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Best practice for using Jira Issues (User Stories and Sub-Tasks) on multiple Jira Projects

We are creating a set of user stories that are being used by the development team to create the system. Our software is being developed for the Salesforce platform so when it is installed, it must be "configured" to meet the business specific needs which differ from company to company so, therefore, we will want to reuse the user stories on many Jira Projects.

The user stories that are developed for initial use on the development are very similar to the user stories that are used when the application is configured for a customer.

What is the best way to clone, duplicate, etc the user stories and sub-tasks for reuse on other Jira Projects?

What is the best (most efficient) way to capture the user stories and sub-tasks for development while also capturing the user stories and sub-tasks for a customer project configuration.


I'm currently facing exactly the same problem.

I've just designed a hierarchy enabling us to maintain a seperate repository of Epics and stories to be reused across customer projects.


Will be testing it out next week to see if it's actually viable.  8f it works I will post the design.

Interested to see what comments you get back here to see if anyone else has solved this problem before.



I havent seen where anyone has been able to solve this use case.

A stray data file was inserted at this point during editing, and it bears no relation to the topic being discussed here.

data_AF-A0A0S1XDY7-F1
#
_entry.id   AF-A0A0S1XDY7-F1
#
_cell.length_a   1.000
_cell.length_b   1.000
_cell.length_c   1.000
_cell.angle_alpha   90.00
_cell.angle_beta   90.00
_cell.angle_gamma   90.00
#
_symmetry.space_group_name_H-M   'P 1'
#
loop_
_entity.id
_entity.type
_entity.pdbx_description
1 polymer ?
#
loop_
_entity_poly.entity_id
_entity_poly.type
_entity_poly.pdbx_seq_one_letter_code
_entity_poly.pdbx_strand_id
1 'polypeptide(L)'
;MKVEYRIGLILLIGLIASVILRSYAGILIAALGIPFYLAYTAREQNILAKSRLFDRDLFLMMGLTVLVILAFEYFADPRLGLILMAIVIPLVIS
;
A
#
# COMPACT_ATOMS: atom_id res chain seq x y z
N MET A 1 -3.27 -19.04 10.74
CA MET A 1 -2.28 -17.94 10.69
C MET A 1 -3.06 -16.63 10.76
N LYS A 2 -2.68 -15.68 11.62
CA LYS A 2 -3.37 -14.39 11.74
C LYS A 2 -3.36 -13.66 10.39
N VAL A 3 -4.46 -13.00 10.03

Did your approach work? 

Hi Thomas,  got sidetracked last week at work due to some other priority issues.  Will be picking it up again this week to implement the approach and confirm it works.  I'm putting together a work flow in microsoft vision too to map out how it would work.  Once I've confirmed I will share the flow. 



Hi Michael,

Did your approach work to solve this use case? I am still looking for someone who was able to solve for this problem.

Hi,  We have tried a couple of approaches which will work but we are using the simplest one.

We define a version per release as normal.  We define our Epics with enough detail in the descriptions to form a feature catalogue and link them to the version.  We create high level stories using INVEST at the level adequate for reuse by other projects and link them to the Epics.  At this point we have a very standard structure.  There is a Scrum board used to manage this master backlog by the product owner and the team.

We then have separate Scrum boards for the teams building the core product using the above (number of boards depends in number of teams you have ).  All of the boards mentioned so far use the same single project. On the team boards the teams breakdown the stories as they see fit and create them as tasks in backlog refinement sessions.  These tasks won't be reused so it doesn't matter how they do this but the tasks are linked to the parent stories to enable us to have traceability.  Each team starts their sprint using their own boards and works to completion.